Call center infections grow to 93
The Korean government said Wednesday it was planning a so-called infection management guideline for densely populated workplaces with high risks of mass infection - such as call centers - and recommend they allow employees to work from home or come to the office on staggered schedules to prevent the spread of the virus. Seoul Mayor Park Won-soon said on a CBS morning radio show Wednesday that his office was scheduled to meet with call center operators to urge them to follow government health guidelines, hinting he may force the establishments to shut down if they refuse to abide by the rules.
The Korea Centers for Disease Control and Prevention (KCDC) announced Wednesday morning that 242 new infections were counted on Tuesday, bringing Korea’s total infections to 7,755. Tuesday’s daily count was almost double the figure reported Monday, when 131 new cases were tallied. Still, those figures are a huge drop from last week, when daily infections numbered between 500 and 700.
Among Tuesday’s new infections, most were still from Daegu, with 131 cases coming from Korea’s fourth-largest city in the southeastern part of the country, where a church of the controversial Shincheonji religion was the epicenter of Korea’s outbreak. Seoul had 52 new infections, and the province of North Gyeongsang, which surrounds Daegu, saw 18 new infections.
Seoul had a total of 205 infections as of 10 a.m. Wednesday, according to the Seoul Metropolitan Government Office, including 15 in Dongdaemun District, eastern Seoul; 14 in Eunpyeong District, northern Seoul, and Yangcheon District and Guro District in western Seoul; and 13 in Gangseo District, western Seoul, and Gwangak District and Songpa District, southern Seoul.
Seoul’s infections account for only 2.5 percent of nationwide cases, while Daegu accounts for 74.7 percent and North Gyeongsang 14.6 percent, according to KCDC statistics.
The death toll stood at 60 by Tuesday midnight, six more than the previous day. A total of 288 people have fully recovered from the coronavirus, 41 more than the day before.
Seoul Mayor Park, however, didn’t rule out the possibility that the Christian sect was the source of the infections, saying Wednesday that a list of Shincheonji adherents in Seoul, which his office received from the church, was not believed to be the full list, implying that the church omitted some worshippers on purpose.
Local officials counted 64 cases of the coronavirus linked to the Sindorim call center as of 2 p.m. Tuesday, and that figure rose to 93 at 10 a.m. Wednesday. Of that figure, Seoul residents accounted for 65 people, while the rest were from the neighboring city of Incheon or the province of Gyeonggi.
Of Seoul’s 65 cases, 50 were identified as employees of the call center who live in various parts of Seoul, while 15 were said to have had close contact with them, such as their relatives. Thirteen live in Guro District, the highest among Seoul’s 25 districts.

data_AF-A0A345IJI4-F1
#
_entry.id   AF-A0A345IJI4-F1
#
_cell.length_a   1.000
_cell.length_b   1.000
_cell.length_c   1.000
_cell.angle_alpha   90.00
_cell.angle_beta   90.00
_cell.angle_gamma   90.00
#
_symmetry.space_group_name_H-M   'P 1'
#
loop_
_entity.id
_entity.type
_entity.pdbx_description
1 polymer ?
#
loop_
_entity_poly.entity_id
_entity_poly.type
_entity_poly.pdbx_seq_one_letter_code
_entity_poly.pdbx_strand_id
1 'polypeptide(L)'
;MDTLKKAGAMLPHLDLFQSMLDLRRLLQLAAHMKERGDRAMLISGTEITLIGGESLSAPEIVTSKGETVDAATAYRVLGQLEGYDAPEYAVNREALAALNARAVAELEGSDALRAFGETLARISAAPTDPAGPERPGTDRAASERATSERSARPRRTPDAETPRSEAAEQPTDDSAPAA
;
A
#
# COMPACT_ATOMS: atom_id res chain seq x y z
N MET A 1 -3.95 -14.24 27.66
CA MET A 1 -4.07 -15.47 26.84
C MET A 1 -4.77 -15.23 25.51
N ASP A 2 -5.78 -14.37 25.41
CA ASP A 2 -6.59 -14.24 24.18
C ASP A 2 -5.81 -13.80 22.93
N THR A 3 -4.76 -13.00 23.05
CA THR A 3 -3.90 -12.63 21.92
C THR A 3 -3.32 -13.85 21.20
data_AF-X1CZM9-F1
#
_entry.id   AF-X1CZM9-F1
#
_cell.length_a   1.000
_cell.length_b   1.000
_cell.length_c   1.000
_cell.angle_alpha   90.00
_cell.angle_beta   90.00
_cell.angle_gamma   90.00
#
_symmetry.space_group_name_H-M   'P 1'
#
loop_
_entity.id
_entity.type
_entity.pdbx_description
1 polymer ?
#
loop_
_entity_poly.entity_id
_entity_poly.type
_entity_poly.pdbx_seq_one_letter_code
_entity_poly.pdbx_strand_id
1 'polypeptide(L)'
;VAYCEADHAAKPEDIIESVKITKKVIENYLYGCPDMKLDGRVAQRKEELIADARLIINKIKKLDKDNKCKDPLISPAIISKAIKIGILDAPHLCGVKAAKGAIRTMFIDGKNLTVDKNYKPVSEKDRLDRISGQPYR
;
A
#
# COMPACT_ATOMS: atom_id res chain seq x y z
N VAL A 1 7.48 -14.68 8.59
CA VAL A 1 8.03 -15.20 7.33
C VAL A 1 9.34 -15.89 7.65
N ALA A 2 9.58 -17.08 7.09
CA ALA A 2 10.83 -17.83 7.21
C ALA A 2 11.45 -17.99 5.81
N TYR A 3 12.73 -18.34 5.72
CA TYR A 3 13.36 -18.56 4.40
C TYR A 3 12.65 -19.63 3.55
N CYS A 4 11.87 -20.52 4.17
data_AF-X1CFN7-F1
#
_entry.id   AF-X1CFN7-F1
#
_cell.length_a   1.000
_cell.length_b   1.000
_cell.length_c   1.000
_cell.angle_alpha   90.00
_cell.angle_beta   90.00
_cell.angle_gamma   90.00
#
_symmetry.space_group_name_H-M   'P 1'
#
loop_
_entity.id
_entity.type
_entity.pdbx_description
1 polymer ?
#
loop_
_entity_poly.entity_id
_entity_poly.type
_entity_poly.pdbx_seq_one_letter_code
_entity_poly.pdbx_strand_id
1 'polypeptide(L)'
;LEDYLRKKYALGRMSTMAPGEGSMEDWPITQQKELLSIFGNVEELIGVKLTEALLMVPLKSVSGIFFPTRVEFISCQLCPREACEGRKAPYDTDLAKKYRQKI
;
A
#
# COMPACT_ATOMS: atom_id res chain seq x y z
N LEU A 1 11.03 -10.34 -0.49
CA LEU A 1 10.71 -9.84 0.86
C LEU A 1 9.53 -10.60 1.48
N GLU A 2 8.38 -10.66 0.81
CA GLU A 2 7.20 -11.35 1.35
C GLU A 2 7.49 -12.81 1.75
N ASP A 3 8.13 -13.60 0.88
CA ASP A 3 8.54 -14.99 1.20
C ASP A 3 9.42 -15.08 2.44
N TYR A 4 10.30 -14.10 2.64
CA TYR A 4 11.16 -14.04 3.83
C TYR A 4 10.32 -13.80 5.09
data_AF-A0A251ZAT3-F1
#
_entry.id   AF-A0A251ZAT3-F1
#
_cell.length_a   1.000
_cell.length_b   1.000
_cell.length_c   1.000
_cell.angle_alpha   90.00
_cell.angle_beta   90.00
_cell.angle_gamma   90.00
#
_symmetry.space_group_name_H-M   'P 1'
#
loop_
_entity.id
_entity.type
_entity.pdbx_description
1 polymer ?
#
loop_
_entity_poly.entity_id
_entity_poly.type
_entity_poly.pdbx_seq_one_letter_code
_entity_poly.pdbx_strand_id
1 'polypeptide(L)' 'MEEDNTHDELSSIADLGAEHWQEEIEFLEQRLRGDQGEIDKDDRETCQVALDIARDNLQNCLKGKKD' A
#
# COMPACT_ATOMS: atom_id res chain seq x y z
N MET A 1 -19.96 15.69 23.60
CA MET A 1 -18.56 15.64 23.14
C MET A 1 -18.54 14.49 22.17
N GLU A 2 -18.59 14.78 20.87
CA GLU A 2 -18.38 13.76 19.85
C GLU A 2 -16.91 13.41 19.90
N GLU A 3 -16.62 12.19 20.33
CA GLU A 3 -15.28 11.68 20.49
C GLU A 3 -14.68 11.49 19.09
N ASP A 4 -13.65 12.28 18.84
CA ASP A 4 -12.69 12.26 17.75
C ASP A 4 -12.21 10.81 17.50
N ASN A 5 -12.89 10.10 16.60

Of the 28 cases outside of Seoul connected to the call center, 15 live in Incheon while 13 live in Gyeonggi, health officials said.
At least 70 cases of the 93 in total are employees of the call center who all worked on the 11th floor of the 19-story Korea Building, and no infections have been traced yet to the seventh, eighth and ninth floors, which were also used by the call center, though virus tests are ongoing for every employee on all four floors.
Park said there were 207 workers on the 11th floor and 550 workers on the seventh through ninth floors.
Operated by Metanet Mplatform, which specializes in outsourced customer call services, the call center provided customer services for ACE Insurance Korea, which is part of the global insurance group Chubb.
The close seating at the call center plus the fact that the workers spent most of their 9 a.m. to 6 p.m. shifts talking are believed to be factors in why so many workers became infected. Government officials said most workers didn’t wear face masks inside the office.
Officials from the KCDC and Nowon District Office in northern Seoul said the first patient diagnosed at the call center was a 55-year-old Korean woman who lives in Nowon and doesn’t appear to have any links to the Shincheonji religion or visited China or Daegu or North Gyeongsang recently.
According to health officials, the patient, who works at the call center, felt a cold come on last Friday and tested positive for the virus on Sunday. Upon learning that the patient works in Guro District, the Guro District Office informed the call center to quarantine all its workers in their homes, get them tested and shut down the office.
Seoul Mayor Park said Wednesday on the radio show there were 417 call centers in Seoul and 745 in total throughout the nation. He said their work environments made employees particularly vulnerable to transmissions of the virus. The mayor said there are 413 employees at the 120 Dasan Seoul Call Center, which is run by the Seoul Metropolitan Government, and that starting next week, half will work from home.
Officials on the southern resort island of Jeju scrambled to perform contact tracing for a middle-aged female worker at the call center Wednesday when it was revealed she visited Jeju last Saturday for about 12 hours.
That woman, who tested positive for the coronavirus on Tuesday, was said to have taken Asiana Airlines Flight 8915 from Gimpo International Airport in Seoul at 8:45 a.m. Saturday and visited several places in Jeju on a public city bus before returning to Seoul at 9:10 p.m. on Asiana Airlines Flight 8996.
BY LEE SUNG-EUN [firstname.lastname@example.org]
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